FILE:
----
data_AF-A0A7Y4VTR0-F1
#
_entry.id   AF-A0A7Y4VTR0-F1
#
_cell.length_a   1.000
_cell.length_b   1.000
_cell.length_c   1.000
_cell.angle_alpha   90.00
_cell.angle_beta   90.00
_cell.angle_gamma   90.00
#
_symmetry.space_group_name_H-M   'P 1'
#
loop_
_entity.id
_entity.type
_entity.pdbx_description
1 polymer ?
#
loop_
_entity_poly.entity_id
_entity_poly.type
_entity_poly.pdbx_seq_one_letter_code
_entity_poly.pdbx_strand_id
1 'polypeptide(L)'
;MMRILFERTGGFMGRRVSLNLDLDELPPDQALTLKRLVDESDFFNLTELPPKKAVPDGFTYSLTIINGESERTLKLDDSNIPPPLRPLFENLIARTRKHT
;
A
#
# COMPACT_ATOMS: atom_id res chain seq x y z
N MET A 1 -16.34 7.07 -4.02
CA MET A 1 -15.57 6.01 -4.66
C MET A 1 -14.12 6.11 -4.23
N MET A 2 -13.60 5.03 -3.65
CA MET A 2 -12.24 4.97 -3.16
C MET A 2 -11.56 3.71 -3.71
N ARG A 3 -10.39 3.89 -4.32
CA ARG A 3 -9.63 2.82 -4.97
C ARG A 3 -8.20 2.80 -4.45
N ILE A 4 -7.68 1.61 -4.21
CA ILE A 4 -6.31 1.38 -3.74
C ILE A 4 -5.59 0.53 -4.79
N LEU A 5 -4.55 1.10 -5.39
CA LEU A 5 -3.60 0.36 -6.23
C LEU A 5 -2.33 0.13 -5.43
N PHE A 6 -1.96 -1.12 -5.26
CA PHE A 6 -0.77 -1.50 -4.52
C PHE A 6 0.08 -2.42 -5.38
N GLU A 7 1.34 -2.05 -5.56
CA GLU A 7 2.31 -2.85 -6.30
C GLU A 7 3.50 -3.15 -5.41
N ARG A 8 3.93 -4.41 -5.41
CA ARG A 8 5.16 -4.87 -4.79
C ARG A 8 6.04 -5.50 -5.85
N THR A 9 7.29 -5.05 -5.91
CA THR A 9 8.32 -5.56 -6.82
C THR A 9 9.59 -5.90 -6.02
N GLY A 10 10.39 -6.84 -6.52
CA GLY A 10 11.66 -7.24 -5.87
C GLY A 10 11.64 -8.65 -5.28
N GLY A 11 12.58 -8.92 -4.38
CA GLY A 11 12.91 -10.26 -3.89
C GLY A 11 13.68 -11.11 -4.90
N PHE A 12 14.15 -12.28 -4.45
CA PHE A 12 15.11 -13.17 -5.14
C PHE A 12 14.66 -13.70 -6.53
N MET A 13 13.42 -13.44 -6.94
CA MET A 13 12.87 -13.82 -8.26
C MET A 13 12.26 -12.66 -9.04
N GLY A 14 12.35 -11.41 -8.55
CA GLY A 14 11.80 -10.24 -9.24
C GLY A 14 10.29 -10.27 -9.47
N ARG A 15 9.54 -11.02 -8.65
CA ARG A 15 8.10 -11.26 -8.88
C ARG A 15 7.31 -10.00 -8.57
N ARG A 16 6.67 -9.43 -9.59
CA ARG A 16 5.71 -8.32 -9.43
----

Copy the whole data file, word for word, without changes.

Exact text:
data_AF-A0A7Y4VTR0-F1
#
_entry.id   AF-A0A7Y4VTR0-F1
#
_cell.length_a   1.000
_cell.length_b   1.000
_cell.length_c   1.000
_cell.angle_alpha   90.00
_cell.angle_beta   90.00
_cell.angle_gamma   90.00
#
_symmetry.space_group_name_H-M   'P 1'
#
loop_
_entity.id
_entity.type
_entity.pdbx_description
1 polymer ?
#
loop_
_entity_poly.entity_id
_entity_poly.type
_entity_poly.pdbx_seq_one_letter_code
_entity_poly.pdbx_strand_id
1 'polypeptide(L)'
;MMRILFERTGGFMGRRVSLNLDLDELPPDQALTLKRLVDESDFFNLTELPPKKAVPDGFTYSLTIINGESERTLKLDDSNIPPPLRPLFENLIARTRKHT
;
A
#
# COMPACT_ATOMS: atom_id res chain seq x y z
N MET A 1 -16.34 7.07 -4.02
CA MET A 1 -15.57 6.01 -4.66
C MET A 1 -14.12 6.11 -4.23
N MET A 2 -13.60 5.03 -3.65
CA MET A 2 -12.24 4.97 -3.16
C MET A 2 -11.56 3.71 -3.71
N ARG A 3 -10.39 3.89 -4.32
CA ARG A 3 -9.63 2.82 -4.97
C ARG A 3 -8.20 2.80 -4.45
N ILE A 4 -7.68 1.61 -4.21
CA ILE A 4 -6.31 1.38 -3.74
C ILE A 4 -5.59 0.53 -4.79
N LEU A 5 -4.55 1.10 -5.39
CA LEU A 5 -3.60 0.36 -6.23
C LEU A 5 -2.33 0.13 -5.43
N PHE A 6 -1.96 -1.12 -5.26
CA PHE A 6 -0.77 -1.50 -4.52
C PHE A 6 0.08 -2.42 -5.38
N GLU A 7 1.34 -2.05 -5.56
CA GLU A 7 2.31 -2.85 -6.30
C GLU A 7 3.50 -3.15 -5.41
N ARG A 8 3.93 -4.41 -5.41
CA ARG A 8 5.16 -4.87 -4.79
C ARG A 8 6.04 -5.50 -5.85
N THR A 9 7.29 -5.05 -5.91
CA THR A 9 8.32 -5.56 -6.82
C THR A 9 9.59 -5.90 -6.02
N GLY A 10 10.39 -6.84 -6.52
CA GLY A 10 11.66 -7.24 -5.87
C GLY A 10 11.64 -8.65 -5.28
N GLY A 11 12.58 -8.92 -4.38
CA GLY A 11 12.91 -10.26 -3.89
C GLY A 11 13.68 -11.11 -4.90
N PHE A 12 14.15 -12.28 -4.45
CA PHE A 12 15.11 -13.17 -5.14
C PHE A 12 14.66 -13.70 -6.53
N MET A 13 13.42 -13.44 -6.94
CA MET A 13 12.87 -13.82 -8.26
C MET A 13 12.26 -12.66 -9.04
N GLY A 14 12.35 -11.41 -8.55
CA GLY A 14 11.80 -10.24 -9.24
C GLY A 14 10.29 -10.27 -9.47
N ARG A 15 9.54 -11.02 -8.65
CA ARG A 15 8.10 -11.26 -8.88
C ARG A 15 7.31 -10.00 -8.57
N ARG A 16 6.67 -9.43 -9.59
CA ARG A 16 5.71 -8.32 -9.43